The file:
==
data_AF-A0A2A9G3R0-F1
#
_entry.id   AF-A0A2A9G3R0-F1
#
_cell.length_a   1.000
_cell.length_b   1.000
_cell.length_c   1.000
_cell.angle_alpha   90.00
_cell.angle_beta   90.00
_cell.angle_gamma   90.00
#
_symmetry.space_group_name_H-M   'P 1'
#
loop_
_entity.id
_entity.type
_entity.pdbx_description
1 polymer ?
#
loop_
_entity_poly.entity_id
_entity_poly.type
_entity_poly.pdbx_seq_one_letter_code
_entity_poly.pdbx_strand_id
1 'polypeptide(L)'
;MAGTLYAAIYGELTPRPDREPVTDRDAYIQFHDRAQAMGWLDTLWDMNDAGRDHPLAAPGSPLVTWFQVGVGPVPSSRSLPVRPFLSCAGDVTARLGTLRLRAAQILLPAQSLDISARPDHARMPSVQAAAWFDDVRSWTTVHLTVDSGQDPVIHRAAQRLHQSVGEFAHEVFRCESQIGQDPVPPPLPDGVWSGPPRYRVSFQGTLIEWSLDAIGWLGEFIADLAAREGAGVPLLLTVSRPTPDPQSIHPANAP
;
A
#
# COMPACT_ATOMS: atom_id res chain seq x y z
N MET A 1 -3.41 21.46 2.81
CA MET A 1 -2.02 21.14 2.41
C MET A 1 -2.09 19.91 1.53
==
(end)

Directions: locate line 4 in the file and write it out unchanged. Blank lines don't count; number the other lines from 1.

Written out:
#